There is no mistaking the flavor and aroma of anise – its oils are used for making licorice-flavored candies. The plant, related to parsley and carrots, is native to the Mediterranean region, but is now grown in many parts of the world. Some alcoholic beverages (ouzo, sambuca, anisette) are flavored with anise extract, and ground seeds are frequently added to sweetbreads and desserts.
In Europe, it is often used as an after-dinner breath freshener and digestive aid.
• True anise is known botanically as Pimpinella anisum and is classified as an herb. The seeds come from a bushy, low-growing annual.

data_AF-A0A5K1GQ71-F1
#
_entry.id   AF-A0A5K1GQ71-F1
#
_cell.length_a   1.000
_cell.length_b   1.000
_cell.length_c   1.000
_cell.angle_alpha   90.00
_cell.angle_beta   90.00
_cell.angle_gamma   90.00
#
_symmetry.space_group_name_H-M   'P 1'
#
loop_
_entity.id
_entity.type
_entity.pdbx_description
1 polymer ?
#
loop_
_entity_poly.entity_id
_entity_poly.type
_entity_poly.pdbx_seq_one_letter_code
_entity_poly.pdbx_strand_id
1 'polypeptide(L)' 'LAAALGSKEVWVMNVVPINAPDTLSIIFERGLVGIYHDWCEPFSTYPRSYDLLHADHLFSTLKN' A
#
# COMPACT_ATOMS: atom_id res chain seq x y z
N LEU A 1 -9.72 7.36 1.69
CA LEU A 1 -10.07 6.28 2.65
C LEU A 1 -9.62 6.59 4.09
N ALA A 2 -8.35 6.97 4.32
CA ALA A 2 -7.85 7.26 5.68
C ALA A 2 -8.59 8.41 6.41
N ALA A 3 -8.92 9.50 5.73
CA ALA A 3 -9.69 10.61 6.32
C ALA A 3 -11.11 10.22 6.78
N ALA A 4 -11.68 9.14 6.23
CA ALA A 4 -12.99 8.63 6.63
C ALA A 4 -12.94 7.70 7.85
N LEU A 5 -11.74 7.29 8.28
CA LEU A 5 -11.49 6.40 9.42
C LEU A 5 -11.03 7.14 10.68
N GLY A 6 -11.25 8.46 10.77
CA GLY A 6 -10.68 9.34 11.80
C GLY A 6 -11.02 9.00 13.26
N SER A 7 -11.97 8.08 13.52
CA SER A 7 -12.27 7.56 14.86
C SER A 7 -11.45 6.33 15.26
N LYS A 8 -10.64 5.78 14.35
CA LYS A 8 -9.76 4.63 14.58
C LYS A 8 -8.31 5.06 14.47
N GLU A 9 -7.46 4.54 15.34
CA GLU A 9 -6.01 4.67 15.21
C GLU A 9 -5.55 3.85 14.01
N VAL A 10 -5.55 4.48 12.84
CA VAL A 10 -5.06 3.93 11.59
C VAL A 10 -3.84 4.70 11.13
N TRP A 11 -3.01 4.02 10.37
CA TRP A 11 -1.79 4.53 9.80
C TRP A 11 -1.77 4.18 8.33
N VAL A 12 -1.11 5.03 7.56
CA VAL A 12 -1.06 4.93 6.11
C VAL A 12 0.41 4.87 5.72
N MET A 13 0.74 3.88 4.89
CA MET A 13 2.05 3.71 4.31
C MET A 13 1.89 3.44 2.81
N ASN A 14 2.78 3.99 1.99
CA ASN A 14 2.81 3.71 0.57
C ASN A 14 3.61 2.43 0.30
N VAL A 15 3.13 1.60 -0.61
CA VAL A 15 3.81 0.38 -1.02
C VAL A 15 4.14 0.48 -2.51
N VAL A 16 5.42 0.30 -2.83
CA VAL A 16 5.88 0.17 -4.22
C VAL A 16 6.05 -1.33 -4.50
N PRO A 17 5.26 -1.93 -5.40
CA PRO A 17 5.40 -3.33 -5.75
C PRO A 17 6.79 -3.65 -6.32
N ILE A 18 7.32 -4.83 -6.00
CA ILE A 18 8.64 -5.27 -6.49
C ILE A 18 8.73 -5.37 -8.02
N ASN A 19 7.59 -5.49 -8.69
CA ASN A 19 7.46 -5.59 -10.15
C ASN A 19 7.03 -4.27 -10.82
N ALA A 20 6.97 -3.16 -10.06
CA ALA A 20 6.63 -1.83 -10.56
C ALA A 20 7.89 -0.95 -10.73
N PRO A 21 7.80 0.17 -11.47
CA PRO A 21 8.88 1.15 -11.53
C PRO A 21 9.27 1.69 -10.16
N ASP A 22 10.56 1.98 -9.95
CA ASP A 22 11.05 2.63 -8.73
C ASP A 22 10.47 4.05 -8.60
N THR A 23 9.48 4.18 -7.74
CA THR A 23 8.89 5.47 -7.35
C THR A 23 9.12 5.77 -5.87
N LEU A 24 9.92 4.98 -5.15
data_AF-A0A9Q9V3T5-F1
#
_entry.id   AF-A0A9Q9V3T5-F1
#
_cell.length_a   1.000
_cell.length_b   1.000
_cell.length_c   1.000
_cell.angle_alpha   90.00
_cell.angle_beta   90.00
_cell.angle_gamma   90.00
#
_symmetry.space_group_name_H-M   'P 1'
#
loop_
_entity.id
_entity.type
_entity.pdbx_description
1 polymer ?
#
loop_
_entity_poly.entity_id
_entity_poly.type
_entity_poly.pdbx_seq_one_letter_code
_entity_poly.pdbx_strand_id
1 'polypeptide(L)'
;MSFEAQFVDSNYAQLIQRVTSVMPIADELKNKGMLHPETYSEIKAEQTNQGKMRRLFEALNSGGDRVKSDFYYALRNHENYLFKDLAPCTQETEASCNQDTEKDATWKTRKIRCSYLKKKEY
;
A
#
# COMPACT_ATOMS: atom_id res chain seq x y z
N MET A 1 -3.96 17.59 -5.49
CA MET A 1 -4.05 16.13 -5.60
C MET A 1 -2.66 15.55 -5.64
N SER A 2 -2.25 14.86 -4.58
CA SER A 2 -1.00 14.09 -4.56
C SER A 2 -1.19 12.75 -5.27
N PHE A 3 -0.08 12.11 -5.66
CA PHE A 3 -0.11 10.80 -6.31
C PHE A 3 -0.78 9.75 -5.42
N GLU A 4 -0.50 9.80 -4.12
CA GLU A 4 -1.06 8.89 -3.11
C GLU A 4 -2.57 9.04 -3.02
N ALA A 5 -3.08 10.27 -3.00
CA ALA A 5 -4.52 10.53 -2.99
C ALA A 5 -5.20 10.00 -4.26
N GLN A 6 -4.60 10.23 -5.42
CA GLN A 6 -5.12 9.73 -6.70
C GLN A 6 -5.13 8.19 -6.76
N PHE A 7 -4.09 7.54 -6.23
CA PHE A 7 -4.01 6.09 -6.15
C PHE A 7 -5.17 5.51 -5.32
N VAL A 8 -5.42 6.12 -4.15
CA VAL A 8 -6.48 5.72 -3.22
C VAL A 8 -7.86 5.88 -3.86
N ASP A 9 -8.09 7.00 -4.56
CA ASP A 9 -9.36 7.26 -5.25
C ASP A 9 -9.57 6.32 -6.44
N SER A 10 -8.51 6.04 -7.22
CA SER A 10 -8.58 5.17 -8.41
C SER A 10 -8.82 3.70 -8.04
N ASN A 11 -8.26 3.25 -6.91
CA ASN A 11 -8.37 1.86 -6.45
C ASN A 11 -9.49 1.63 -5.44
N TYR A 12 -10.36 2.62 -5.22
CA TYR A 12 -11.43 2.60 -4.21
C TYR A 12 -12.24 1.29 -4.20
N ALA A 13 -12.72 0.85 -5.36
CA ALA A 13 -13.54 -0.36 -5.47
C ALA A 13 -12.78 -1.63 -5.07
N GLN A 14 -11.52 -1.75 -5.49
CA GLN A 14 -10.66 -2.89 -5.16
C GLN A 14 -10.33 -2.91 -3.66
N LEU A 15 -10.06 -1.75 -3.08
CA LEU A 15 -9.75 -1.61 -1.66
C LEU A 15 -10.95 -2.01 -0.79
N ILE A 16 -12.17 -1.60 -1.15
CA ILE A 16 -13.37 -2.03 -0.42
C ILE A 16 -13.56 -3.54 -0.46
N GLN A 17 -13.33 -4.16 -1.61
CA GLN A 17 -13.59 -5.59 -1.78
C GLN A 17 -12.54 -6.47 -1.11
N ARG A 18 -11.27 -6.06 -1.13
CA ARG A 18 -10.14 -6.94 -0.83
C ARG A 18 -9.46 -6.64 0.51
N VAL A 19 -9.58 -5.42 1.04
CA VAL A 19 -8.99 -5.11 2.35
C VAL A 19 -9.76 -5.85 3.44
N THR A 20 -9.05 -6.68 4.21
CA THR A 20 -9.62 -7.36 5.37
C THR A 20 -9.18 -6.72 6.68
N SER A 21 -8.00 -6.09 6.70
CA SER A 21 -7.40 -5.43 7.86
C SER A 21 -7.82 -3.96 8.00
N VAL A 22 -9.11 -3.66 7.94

• Most commercial anise is grown in Mexico. Spain, however, produces what many believe to be a “premium” seed.
• Also called aniseed, sweet Alice, sweet cumin, and anis (but not sweet anise or Florence fennel).
• Anise and star anise are not the same, but are similar in taste.
Anise is available whole, ground, or as an extract. When purchasing ground, buy in the smallest quantity available as flavor fades quickly.
Keep seeds in an airtight container, dry, and away from heat. They will be good for about twelve months.
• Roasted seeds will impart stronger flavors.
• Garnish fish and chicken with anise.
• Include small amounts when baking root vegetables.
• Star anise (reduce quantity as the seeds from this species are stronger).
View BigOven's anise recipes